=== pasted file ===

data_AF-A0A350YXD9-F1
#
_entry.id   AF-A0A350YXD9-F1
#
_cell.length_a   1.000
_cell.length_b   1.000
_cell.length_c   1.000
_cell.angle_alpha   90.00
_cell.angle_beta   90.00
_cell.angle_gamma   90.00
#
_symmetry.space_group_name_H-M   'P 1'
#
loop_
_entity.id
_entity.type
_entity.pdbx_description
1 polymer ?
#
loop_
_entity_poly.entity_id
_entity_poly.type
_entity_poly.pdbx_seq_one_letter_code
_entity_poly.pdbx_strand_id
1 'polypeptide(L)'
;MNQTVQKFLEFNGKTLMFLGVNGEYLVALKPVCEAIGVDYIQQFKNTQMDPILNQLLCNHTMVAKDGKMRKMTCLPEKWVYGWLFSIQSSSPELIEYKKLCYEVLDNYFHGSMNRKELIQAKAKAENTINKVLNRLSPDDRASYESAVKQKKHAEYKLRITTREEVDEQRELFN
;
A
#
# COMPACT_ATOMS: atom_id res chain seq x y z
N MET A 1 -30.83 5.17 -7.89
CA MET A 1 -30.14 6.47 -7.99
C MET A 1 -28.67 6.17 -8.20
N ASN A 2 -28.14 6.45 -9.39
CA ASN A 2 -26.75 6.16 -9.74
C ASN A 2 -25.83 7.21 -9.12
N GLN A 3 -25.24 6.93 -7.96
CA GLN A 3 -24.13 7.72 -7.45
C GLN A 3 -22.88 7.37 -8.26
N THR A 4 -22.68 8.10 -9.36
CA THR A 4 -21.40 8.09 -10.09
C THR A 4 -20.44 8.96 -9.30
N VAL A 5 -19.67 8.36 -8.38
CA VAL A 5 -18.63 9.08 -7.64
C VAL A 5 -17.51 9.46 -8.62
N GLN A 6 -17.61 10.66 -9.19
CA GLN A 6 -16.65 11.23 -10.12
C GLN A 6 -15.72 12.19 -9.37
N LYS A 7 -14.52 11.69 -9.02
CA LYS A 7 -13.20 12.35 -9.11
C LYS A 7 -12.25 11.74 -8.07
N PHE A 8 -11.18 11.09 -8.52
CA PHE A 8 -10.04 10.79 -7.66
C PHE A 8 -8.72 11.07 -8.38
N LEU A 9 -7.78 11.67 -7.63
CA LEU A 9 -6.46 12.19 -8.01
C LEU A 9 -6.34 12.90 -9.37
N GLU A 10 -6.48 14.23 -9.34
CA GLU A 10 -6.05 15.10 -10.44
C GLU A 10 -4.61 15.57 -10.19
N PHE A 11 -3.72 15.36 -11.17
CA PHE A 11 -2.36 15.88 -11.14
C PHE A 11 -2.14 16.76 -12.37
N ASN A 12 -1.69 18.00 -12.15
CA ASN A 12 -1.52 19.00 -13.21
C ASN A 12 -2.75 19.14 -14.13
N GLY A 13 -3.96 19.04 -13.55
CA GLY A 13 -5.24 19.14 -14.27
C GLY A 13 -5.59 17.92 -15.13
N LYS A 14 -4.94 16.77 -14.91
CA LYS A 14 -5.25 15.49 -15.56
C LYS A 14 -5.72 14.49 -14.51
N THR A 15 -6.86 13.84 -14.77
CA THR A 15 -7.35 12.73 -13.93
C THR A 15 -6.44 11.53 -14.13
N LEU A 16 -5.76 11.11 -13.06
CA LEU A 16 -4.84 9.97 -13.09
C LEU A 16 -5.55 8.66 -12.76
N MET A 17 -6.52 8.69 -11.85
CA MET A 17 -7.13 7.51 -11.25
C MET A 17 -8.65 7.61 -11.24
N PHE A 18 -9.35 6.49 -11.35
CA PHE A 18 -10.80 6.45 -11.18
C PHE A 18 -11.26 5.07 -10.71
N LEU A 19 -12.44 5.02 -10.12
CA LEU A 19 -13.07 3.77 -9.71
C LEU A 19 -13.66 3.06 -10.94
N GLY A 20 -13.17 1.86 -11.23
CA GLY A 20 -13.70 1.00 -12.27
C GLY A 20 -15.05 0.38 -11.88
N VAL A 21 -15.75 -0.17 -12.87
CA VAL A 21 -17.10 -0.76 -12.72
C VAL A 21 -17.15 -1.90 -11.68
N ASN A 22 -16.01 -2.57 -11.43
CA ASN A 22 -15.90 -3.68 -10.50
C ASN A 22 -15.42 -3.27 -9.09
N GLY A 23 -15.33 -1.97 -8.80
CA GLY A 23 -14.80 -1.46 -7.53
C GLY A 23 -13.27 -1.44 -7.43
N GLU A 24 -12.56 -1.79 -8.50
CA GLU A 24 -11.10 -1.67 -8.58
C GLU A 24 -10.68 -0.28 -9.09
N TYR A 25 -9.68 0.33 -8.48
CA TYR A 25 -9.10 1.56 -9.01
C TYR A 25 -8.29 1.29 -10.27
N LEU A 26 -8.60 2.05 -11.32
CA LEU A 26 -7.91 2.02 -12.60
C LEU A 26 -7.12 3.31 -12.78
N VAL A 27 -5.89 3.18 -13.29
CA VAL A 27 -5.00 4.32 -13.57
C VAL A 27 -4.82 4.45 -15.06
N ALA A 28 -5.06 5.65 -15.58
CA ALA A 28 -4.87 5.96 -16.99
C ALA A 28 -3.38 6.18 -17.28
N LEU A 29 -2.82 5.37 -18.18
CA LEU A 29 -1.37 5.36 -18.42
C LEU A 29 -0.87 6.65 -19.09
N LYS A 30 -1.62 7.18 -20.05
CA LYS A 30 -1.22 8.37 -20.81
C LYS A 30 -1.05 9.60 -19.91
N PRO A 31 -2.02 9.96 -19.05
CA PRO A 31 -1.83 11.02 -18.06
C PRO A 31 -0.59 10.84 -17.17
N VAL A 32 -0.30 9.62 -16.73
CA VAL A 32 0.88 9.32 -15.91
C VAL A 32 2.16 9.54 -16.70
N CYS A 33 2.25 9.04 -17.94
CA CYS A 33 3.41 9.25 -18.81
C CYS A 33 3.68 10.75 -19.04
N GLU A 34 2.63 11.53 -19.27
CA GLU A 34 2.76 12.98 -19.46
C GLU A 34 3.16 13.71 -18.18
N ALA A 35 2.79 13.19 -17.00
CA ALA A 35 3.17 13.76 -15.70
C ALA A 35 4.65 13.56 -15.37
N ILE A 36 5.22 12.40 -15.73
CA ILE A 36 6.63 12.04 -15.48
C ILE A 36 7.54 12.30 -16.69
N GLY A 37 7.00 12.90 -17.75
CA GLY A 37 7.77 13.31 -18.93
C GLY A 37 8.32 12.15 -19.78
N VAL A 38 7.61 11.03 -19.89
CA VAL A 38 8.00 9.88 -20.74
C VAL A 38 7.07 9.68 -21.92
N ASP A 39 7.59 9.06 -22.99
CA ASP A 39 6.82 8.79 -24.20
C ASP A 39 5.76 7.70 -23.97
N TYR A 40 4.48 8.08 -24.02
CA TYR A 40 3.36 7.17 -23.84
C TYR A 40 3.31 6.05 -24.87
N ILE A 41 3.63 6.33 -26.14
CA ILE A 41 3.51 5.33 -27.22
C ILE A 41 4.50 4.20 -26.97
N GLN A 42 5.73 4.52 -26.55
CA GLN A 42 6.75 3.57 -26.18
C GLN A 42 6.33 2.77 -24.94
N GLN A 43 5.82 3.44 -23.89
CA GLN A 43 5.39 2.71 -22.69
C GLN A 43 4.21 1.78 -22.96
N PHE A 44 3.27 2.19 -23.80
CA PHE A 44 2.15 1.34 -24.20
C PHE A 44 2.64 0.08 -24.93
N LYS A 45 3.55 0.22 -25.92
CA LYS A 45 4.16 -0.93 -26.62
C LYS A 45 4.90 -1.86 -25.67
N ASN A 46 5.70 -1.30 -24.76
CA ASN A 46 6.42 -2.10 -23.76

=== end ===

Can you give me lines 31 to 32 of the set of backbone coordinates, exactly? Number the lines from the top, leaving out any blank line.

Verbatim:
N MET A 1 -30.83 5.17 -7.89
CA MET A 1 -30.14 6.47 -7.99